Easter in Shakespeare? It barely exists. Rare are the Shakespearean references to Christianity: yes, members of the clergy are characters, and characters often invoke God, and use events from the Bible as poetic imagery, and as metaphor. Beyond that the Bard largely avoids the issue of Christian Theology.
Was this a reflection of Shakespeare’s own belief? It’d be a mistake to believe that; we really can’t know for certain. But what we do know is that Queen Elizabeth’s flavor of Protestantism was strictly enforced by her government, and it was not a good idea to be Catholic, Jew or Muslim. The other thing we know is that Shakespeare was a savvy businessman and for his own benefit avoided political controversy. Religious theology in Elizabethan England was extremely political.
So if some fool, like Yours Truly, is going to post some Easter blog about the beautiful things Shakespeare wrote about the Easter holiday, he’s going to come up quite short. There’s a one-line reference to the holiday in Romeo and Juliet, and then perhaps some oblique references in other places. That’s about it.
There is, however, one delicious tidbit related to Easter: it’s a reference to the nasty business that went on after the Last Supper and on Good Friday.
In Shakespeare’s history play Richard II, written about 1595, King Richard, near play’s end is facing the end of his Machiavellian reign and dares to compare himself with none other than Jesus Christ:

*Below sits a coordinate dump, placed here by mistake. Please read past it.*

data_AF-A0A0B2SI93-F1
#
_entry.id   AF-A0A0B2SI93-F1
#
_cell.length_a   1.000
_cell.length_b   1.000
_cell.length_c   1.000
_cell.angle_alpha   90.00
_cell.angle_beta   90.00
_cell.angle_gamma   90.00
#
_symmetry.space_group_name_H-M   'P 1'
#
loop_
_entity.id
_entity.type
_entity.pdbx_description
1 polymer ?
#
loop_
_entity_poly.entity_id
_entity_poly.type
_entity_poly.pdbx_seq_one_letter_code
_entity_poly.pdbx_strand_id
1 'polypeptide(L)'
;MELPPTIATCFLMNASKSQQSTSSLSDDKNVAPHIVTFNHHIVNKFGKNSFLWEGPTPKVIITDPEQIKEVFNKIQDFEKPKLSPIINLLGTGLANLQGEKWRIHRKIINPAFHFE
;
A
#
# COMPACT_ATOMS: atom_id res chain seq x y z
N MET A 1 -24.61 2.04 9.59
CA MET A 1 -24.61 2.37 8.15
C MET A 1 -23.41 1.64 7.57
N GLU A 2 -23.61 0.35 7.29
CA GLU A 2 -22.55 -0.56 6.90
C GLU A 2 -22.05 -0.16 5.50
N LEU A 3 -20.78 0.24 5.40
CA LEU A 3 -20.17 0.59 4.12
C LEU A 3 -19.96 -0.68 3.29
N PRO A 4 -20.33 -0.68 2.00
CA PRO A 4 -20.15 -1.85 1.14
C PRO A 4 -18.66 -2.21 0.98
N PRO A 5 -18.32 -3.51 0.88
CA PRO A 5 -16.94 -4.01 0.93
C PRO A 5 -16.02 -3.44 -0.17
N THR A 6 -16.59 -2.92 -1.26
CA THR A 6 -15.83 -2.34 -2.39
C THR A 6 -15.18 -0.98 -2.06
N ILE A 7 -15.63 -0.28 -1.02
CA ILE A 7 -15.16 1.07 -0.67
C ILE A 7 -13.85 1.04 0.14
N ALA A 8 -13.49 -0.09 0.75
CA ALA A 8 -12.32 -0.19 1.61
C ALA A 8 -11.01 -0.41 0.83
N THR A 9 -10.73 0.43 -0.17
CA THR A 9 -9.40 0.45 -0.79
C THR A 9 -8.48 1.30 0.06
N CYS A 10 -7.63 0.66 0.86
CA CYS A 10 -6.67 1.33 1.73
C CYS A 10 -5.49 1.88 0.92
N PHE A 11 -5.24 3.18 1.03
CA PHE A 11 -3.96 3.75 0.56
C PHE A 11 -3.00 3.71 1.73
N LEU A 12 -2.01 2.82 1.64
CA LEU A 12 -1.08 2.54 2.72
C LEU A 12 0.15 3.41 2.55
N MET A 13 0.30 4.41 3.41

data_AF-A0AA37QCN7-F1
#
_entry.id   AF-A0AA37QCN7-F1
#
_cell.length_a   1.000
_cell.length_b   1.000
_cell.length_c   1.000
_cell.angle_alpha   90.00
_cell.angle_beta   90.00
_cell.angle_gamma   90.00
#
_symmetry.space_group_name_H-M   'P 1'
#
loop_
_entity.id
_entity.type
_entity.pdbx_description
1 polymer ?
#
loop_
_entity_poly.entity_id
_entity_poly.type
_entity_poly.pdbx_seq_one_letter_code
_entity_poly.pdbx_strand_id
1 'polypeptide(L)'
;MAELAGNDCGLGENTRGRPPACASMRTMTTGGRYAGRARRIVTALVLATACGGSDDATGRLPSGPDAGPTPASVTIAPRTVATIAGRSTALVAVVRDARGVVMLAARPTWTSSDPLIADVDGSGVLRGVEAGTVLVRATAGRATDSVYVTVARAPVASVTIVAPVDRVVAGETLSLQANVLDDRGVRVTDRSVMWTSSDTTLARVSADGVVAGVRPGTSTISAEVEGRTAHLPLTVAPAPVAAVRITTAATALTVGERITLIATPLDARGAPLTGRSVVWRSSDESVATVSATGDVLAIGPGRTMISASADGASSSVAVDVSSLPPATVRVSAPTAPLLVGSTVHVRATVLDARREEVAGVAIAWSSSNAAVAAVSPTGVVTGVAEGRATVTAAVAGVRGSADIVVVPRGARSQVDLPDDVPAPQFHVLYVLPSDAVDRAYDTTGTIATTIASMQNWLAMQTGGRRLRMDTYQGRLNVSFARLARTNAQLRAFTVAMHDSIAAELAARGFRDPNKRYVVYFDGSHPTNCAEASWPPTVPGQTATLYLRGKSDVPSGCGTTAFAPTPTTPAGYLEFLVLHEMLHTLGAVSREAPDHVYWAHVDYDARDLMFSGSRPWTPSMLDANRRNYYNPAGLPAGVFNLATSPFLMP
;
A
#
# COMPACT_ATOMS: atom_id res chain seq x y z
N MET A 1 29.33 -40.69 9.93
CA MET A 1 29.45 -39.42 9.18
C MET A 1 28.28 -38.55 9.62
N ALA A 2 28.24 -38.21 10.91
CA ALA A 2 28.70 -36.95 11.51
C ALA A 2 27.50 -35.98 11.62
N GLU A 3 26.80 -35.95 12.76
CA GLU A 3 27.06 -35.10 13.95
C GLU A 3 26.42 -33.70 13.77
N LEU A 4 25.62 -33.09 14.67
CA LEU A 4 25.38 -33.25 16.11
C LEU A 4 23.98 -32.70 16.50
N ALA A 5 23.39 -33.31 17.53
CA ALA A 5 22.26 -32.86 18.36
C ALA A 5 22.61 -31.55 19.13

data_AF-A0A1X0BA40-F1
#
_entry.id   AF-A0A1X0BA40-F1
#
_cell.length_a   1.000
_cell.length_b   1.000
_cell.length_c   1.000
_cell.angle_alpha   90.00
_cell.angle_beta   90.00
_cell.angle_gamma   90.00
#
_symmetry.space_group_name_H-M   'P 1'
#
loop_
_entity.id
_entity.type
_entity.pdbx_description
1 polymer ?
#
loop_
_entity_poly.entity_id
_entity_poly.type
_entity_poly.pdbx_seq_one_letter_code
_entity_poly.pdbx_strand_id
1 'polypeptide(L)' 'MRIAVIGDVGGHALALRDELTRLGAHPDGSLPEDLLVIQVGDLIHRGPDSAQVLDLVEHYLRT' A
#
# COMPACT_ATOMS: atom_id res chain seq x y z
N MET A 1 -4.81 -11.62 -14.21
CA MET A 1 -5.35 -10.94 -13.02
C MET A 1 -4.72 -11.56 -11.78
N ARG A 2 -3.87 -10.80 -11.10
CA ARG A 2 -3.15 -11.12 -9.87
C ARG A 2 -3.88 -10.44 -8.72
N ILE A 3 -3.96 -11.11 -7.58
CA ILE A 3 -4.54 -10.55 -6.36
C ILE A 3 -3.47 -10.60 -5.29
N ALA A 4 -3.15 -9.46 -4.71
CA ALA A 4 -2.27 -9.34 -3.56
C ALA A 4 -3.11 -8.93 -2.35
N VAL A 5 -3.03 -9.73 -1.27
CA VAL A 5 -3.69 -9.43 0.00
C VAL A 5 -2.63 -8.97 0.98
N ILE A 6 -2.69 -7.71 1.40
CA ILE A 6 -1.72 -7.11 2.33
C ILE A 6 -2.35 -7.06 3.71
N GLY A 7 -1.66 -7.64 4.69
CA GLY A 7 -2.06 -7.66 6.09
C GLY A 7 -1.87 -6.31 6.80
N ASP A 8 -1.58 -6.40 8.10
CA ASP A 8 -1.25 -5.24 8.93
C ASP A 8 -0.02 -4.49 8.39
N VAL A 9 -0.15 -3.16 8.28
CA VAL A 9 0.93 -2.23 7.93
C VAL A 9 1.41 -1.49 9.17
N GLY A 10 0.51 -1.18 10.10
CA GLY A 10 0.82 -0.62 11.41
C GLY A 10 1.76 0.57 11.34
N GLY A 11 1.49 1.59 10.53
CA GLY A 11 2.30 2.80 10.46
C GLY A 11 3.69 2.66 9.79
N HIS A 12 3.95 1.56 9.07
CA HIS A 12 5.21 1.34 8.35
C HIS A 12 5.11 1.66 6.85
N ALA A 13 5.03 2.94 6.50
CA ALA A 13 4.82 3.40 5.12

Yet I well remember
The favours of these men. Were they not mine?
Did they not sometime cry “All hail’ to me?”
So Judas did to Christ. But he in twelve
Found truth in all but one; I in twelve thousand, none.
—Richard II, Act IV
That’s not enough. The disposed Richard takes his bold comparison one step further, from Judas’ betrayal to Pilate’s prosecution:
Though some of you, with Pilate, wash your hands,
Showing an outward pity, yet you Pilates
Have here delivered me to my sour cross,
And water cannot wash away your sin.
—Richard II, Act IV
It was dangerous to put anything religious in print, but in the play Shakespeare could get away with these powerful images invoking Judas, Pilate, Christ and the crucifixion because they were words spoken by a character Shakespeare had managed to make villainous by play’s end. History paints a more ambivalent picture of King Richard II, but for generations, Shakespeare’s play skewed opinion. The powerful evocation of Judas’ betrayal and the Savior’s crucifixion would probably have shocked audiences in the day, all carefully exploited for the purposes of creating exciting drama.
And so while Shakespeare’s works are full of tales and imagery about things destroyed and then coming back to life (i.e., the Easter story), his only direct references to the Passion and Resurrection are the Last Supper betrayal and the Good Friday crucifixion–used to great effect in an impassioned speech by a King who knows he’s doomed.
The image is the definitive painting of Richard II, anonymous, now housed in Westminster Abbey.